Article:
Sand Brought In To Build Up Eroding Cockle Cove Beach

By: Tim Wood

Topics: Erosion

Newly deposited sand provides a narrow buffer between Nantucket Sound and the parking lot at Cockle Cove Beach. Officials hope the buffer holds until planned dredging later in the year can provide a larger volume of sand to build up the beach. TIM WOOD PHOTO

CHATHAM – Cockle Cove Beach has been in rough shape for some time. It's been almost two years since a significant amount of sand has been brought in to build up the eroding beach, and officials are worried that its condition could deteriorate further before a planned fall or winter dredging project at nearby Mill Creek can provide an additional buffer between Nantucket Sound and the beach parking lot.

Last week about 100 cubic yards of sand was dumped on the beach to try to both stem the tide and make it safer for beachgoers to access.

“We're trying to take the edge off so people can at least safely get to the beach,” said Natural Resources Director Robert Duncanson. The beach has eroded back to rocks that lie against the base of the parking lot, and the sand was feathered to the east to facilitate pedestrian access at that end of the lot.

Strong southwest winds and a lack of sand along beaches to the west contributed to the erosion of Cockle Cove over the winter, said Coastal Resources Director Ted Keon. “It doesn't take much to lose the sand if you've got nothing else to come in and replace it,” he said.

A hoped-for dredging of shoals that have formed across the mouth of Mill Creek by Barnstable County last winter didn't materialize, something that's likely to cause some consternation for boaters who use the area to get to Taylor's Pond. Keon said he's already received calls of concern about tidal restrictions, “which will happen,” he said. Sand dredged from the creek would have been used to build up Cockle Cove Beach.

He's requested that the county dredge Codfish clear out the shoals this coming fall or winter and pump the sand to Cockle Cove Beach and areas to the west. That won't provide a “substantial” amount of sand, perhaps 4,000 to 6,000 cubic yards, but that may be enough to buy some time until a more extensive dredge project can be done. In the early 2000s, 30,000 yards was dredged from Stage Harbor and pumped to the area, which provided a buffer that lasted six or seven years, he said.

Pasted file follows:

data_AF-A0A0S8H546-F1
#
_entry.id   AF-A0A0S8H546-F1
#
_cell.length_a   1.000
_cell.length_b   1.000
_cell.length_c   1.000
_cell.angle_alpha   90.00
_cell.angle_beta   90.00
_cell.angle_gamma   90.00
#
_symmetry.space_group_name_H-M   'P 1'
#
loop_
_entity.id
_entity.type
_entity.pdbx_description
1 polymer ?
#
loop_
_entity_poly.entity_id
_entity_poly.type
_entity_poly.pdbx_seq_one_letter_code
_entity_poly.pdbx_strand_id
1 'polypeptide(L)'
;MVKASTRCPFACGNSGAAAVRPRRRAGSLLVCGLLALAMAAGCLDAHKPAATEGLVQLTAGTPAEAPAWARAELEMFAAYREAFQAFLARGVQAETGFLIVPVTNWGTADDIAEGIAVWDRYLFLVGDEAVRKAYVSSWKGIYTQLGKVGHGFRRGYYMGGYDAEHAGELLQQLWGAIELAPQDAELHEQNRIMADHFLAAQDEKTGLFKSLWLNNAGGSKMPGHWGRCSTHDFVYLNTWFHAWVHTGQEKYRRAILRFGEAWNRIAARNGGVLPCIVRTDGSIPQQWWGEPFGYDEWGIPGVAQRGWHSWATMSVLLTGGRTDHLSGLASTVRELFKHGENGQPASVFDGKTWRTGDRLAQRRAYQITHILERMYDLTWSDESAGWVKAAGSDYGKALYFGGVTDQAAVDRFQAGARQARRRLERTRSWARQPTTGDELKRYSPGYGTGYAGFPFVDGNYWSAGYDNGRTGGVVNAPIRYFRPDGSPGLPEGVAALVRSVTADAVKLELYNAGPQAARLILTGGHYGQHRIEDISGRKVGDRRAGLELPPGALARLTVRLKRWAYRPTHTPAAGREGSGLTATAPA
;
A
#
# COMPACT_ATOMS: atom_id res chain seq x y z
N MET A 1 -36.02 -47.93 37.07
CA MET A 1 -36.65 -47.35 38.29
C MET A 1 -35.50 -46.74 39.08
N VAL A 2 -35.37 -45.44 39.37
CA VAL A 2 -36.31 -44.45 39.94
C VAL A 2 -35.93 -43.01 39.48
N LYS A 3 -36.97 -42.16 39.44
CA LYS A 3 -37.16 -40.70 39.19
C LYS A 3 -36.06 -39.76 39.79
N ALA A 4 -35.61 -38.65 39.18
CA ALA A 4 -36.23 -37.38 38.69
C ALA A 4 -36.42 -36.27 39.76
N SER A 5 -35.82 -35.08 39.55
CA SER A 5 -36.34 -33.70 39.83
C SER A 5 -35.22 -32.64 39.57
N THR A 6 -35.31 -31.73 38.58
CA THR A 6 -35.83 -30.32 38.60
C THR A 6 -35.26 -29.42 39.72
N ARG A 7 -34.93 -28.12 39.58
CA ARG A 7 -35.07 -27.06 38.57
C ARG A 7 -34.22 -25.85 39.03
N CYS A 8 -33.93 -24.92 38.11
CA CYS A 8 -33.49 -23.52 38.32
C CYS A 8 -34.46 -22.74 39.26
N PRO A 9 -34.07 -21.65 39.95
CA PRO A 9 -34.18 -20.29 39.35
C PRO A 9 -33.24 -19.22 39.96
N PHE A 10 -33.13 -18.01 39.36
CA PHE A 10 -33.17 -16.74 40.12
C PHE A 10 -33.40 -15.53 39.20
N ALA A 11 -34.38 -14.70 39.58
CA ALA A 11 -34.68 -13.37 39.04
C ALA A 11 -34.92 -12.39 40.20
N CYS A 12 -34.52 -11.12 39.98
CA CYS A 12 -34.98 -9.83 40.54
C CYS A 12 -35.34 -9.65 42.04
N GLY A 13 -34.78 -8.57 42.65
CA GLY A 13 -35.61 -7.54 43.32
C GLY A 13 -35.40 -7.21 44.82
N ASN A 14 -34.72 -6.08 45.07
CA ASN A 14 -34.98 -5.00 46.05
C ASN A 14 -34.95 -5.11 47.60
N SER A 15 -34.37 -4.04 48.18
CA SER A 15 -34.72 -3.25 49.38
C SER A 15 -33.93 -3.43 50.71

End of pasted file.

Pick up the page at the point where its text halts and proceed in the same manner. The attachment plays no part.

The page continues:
That project, as well as work on the Ryder's Cove channel near Fox Hill, have been flagged as priorities for the county dredge, Keon said. Permits are already in place for the work. It's also possible that the county dredge will be asked to do work in the Morris Island cut, where shoaling has increased and the channel has jumped around in response to changes in the barrier beach, including the April Fool's cut in South Beach.

The town has never dredged that channel, Keon said, so before any work is done there he will bring the proposal to the board of selectmen, which rejected it in the past. “But things have changed,” Keon said; not just the physical dynamics of the area, but the increase in vessel traffic as boaters skirt around Morris Island to access the new cut in South Beach.

Last week's sand infusion at Cockle Cove Beach is not likely to be the last this summer, Keon said.

“It wouldn't take much of an event to lose what we just put there,” he said. Officials want to ensure that the parking lot does not get undermined at the eastern end, where it is not protected by rocks, and want to be responsive to neighborhood concerns about the lack of a good beach. That's a result of not doing the regular maintenance in the off season that has been done in the past, he added.

“People are seeing it the way it would be if we hadn't been doing what we've been doing,” he said.